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Last Updated: Tuesday, 13 June 2006, 17:52 GMT 18:52 UK
England fans face tougher action
By Tom Geoghegan
BBC News, Nuremberg

Nuremburg
Nuremburg has a smaller, more residential centre than Frankurt
England fans in Nuremberg for the team's World Cup clash can expect a tougher approach, the head of British police at the World Cup has said.

The residential nature of the city centre will see police use preventative powers to stop trouble, Assistant Chief Constable Steve Thomas said.

Nineteen supporters out of 70,000 were arrested in Frankfurt, where England played their first match on Saturday.

But ACC Thomas warned there could be more arrests in Nuremberg.

He said: "The England supporters must understand that we are guests in Nuremberg, and that our behaviour has to be as the guests.

"Unless they behave very well, we may see slightly more arrests here than we did in Frankfurt, because the police are more likely to use their preventative powers here because of the beauty of the town."

'Market town'

Fourteen uniformed British police officers are working in Nuremberg - 10 patrolling the streets and four at the airport.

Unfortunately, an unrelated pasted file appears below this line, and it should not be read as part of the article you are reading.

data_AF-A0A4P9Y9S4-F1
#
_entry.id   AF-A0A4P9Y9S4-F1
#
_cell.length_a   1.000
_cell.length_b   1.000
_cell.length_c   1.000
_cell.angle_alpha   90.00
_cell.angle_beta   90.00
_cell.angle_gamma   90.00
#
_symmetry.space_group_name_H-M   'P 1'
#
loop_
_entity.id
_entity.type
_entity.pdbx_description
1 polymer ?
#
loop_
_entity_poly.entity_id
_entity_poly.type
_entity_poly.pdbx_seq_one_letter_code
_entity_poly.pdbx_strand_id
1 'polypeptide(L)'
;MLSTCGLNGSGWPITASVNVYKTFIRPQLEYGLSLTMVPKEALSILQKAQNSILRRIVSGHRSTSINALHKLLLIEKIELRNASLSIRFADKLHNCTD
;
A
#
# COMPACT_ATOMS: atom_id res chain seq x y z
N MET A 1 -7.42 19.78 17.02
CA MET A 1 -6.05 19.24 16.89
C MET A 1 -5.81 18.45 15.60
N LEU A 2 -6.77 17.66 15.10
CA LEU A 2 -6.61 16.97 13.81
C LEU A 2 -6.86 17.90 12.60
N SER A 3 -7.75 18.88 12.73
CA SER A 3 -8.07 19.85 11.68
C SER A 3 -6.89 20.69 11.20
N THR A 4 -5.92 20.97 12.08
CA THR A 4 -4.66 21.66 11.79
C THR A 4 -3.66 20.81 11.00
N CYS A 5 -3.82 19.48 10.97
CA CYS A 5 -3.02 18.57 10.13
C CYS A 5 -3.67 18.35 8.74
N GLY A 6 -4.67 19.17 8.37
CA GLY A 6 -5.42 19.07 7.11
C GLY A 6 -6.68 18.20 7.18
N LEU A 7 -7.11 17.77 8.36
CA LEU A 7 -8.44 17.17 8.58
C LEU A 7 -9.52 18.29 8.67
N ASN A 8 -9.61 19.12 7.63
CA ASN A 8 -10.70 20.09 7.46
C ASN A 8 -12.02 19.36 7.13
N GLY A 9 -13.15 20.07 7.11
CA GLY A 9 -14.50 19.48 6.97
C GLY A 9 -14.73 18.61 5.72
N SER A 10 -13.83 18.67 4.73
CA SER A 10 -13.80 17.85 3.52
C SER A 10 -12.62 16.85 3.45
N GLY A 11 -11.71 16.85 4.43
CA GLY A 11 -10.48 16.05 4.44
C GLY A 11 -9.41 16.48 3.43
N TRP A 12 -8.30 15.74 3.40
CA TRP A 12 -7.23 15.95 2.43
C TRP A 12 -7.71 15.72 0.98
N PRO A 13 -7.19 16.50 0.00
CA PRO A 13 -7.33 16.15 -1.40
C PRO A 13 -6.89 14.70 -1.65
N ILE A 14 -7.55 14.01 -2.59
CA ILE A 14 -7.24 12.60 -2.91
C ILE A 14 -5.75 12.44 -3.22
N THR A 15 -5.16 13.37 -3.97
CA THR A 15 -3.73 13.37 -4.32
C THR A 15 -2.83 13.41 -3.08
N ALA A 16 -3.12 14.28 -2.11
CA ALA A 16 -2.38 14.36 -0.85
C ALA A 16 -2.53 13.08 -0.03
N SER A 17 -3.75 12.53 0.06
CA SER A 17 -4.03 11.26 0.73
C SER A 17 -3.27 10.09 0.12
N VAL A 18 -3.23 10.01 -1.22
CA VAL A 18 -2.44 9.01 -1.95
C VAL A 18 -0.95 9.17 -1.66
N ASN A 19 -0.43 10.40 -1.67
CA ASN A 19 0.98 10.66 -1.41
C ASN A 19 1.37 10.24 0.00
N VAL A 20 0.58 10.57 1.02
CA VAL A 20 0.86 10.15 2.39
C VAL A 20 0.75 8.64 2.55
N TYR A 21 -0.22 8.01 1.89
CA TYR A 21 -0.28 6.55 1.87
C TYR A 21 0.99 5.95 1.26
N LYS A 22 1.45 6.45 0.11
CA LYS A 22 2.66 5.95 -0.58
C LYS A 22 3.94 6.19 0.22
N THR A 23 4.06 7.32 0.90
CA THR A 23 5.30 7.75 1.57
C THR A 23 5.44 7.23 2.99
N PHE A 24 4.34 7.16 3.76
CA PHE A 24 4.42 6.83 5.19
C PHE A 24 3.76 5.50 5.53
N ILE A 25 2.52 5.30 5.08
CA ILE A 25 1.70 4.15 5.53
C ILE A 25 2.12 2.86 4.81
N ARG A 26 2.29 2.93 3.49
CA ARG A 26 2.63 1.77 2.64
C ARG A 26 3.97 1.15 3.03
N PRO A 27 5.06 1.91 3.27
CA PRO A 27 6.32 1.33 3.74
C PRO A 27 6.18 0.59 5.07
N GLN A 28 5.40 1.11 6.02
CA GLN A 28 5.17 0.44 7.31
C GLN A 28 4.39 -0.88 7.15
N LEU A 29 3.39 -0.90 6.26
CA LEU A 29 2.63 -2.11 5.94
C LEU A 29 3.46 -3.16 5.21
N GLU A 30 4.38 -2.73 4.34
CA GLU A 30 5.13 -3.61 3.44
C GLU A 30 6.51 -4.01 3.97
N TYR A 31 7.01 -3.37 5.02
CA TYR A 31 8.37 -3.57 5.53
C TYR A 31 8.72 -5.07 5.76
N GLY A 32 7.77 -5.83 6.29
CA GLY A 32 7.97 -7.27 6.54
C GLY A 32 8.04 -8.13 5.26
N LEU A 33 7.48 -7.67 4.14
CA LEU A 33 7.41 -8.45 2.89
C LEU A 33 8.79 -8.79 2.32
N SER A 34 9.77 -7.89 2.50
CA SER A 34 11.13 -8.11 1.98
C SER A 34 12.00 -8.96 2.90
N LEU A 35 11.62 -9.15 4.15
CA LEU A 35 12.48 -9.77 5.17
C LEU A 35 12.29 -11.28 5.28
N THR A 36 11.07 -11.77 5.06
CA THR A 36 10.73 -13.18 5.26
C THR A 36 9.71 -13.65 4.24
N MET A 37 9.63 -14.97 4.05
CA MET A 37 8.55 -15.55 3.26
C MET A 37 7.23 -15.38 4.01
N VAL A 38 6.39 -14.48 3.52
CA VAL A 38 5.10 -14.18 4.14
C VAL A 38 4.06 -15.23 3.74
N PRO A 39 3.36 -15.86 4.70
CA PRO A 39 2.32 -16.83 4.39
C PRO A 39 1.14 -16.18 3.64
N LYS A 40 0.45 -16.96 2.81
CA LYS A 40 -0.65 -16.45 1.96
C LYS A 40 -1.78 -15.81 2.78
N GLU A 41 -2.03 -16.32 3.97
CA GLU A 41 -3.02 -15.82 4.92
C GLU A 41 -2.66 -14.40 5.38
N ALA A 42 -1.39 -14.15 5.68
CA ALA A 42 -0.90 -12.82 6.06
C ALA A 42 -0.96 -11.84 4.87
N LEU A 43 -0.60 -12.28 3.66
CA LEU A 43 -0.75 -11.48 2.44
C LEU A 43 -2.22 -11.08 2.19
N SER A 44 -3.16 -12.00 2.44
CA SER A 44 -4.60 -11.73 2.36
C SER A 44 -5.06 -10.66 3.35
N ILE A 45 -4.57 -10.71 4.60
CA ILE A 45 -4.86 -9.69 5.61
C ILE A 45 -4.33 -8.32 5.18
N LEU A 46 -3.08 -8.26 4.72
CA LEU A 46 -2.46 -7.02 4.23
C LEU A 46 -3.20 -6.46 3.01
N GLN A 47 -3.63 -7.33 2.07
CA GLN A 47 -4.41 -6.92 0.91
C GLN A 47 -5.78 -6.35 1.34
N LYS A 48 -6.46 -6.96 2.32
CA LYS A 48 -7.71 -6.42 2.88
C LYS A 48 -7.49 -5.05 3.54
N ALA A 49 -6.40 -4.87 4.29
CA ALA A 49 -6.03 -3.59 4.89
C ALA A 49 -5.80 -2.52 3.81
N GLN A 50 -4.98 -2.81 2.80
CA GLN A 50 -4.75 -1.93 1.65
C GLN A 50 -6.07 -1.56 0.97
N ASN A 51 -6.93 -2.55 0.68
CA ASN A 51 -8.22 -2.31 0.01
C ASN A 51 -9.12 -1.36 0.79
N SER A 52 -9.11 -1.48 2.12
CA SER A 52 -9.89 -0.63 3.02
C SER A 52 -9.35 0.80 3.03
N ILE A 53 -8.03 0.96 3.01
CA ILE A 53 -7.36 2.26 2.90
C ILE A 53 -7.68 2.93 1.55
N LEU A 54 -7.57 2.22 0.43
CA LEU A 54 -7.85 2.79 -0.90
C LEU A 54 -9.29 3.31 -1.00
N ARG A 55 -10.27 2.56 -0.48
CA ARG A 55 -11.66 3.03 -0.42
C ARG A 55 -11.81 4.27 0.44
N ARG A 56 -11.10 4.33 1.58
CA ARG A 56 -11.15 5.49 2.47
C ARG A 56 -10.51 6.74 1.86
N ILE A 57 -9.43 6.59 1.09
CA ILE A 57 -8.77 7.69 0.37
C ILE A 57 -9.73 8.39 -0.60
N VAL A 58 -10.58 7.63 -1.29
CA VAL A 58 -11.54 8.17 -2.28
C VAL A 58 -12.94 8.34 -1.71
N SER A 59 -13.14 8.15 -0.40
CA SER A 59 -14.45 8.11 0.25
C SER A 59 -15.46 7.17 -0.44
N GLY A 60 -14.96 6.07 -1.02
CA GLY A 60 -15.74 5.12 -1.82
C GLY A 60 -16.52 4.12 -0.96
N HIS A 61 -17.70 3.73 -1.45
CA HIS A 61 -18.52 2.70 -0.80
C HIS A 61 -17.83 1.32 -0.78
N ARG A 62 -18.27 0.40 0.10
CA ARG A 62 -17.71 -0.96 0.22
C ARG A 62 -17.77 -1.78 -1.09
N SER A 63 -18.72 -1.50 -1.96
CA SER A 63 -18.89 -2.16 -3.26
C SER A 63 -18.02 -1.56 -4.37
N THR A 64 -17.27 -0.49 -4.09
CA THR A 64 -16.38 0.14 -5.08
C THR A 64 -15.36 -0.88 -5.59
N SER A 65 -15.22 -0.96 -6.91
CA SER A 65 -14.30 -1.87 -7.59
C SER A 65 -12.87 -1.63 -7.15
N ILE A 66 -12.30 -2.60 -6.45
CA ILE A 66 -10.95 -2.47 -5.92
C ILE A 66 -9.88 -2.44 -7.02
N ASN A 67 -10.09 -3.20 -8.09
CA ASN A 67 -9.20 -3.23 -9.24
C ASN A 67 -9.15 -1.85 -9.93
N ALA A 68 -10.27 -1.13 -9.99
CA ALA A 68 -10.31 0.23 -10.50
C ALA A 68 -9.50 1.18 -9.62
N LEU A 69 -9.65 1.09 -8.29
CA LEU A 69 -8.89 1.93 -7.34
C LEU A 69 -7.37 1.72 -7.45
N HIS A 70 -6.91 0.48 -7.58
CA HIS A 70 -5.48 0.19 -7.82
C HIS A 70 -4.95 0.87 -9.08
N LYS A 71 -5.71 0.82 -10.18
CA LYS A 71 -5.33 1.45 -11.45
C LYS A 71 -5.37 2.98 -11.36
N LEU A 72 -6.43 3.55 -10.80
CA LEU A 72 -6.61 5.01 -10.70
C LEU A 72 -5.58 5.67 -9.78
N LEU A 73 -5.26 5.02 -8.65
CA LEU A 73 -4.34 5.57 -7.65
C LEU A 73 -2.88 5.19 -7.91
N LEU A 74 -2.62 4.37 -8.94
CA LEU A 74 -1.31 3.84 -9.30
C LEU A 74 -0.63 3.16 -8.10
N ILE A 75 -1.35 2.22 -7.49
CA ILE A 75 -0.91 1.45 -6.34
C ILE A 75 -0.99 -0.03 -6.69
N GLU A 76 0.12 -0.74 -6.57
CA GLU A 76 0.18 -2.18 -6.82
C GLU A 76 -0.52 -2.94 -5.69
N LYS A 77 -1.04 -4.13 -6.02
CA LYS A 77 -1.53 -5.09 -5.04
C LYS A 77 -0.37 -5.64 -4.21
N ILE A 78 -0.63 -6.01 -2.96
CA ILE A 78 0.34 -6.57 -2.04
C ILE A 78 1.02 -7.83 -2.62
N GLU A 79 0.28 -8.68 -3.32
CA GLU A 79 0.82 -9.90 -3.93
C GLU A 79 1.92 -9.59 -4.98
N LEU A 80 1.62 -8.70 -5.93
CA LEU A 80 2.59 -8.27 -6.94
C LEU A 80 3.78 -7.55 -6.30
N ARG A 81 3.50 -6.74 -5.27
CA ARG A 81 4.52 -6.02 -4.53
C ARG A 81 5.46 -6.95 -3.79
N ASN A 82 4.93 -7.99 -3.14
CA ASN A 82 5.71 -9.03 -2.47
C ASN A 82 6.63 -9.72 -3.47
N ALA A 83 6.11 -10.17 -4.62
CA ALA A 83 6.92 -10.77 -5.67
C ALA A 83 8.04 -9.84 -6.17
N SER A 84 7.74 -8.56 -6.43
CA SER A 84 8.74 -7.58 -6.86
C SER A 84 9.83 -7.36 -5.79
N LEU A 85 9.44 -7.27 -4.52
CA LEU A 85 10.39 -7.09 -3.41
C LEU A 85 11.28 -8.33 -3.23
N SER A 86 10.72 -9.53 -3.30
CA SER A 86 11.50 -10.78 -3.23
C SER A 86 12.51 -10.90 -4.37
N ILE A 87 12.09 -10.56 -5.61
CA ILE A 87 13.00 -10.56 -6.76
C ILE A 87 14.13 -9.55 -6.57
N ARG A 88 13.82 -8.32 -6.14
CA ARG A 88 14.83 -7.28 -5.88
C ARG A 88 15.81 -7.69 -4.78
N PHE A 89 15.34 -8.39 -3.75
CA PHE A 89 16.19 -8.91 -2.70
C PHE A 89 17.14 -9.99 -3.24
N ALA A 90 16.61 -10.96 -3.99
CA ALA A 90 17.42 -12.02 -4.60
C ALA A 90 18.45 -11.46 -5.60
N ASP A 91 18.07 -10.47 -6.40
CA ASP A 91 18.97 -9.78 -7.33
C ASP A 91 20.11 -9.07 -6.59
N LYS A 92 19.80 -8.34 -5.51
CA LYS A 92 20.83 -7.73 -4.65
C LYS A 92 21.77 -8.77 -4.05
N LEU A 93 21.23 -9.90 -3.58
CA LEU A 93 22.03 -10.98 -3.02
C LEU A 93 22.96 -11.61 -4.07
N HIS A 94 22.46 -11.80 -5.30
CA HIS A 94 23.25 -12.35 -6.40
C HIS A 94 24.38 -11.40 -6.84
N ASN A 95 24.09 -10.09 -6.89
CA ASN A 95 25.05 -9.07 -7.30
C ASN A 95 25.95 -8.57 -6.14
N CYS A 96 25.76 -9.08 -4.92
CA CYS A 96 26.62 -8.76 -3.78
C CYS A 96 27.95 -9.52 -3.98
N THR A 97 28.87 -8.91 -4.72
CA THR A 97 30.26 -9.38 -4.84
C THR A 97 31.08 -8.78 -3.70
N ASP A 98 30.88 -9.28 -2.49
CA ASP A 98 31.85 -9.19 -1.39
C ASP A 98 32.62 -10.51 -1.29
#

Twenty other officers will be working in plain clothes as "spotters".

England play Trinidad and Tobago on Thursday afternoon. An England win will secure their passage to the second round.

Explaining the tougher strategy in Nuremberg, ACC Thomas said: "In Frankfurt, our fans were congregating in commercial areas, where few people lived.

Frankfurt
Frankfurt's commercial centre made it easier to cope with supporters

"Nuremberg is more of a market town and people will be inconvenienced by anti-social behaviour, so there's an opportunity to use this power to take troublemakers away."

The local police would also use this power to detain any of the 91 people who have not surrendered their passports despite being subject to a banning order, should they arrive in Nuremberg, he added.

According to guidelines issued by Nuremberg police on cards given to fans in the streets, Nazi salutes or the wearing of Nazi insignia are criminal offences.

Goose-stepping or wearing Nazi helmets is not against the law but is insulting to Germans, the card said.

ACC Thomas said he was personally disappointed that some England fans insisted on singing songs about the war, but said he hoped it would be taken in good humour by the German hosts.

Only four of the people arrested in Frankfurt have been bailed to reappear in court.

Two were detained on arriving back in the UK in Leeds, after allegedly wearing SS insignia at Saturday's match.

In one incident in the city, riot police entered the main square to prevent potential disorder between England and Germany fans, after spotters advised that intervention was necessary.




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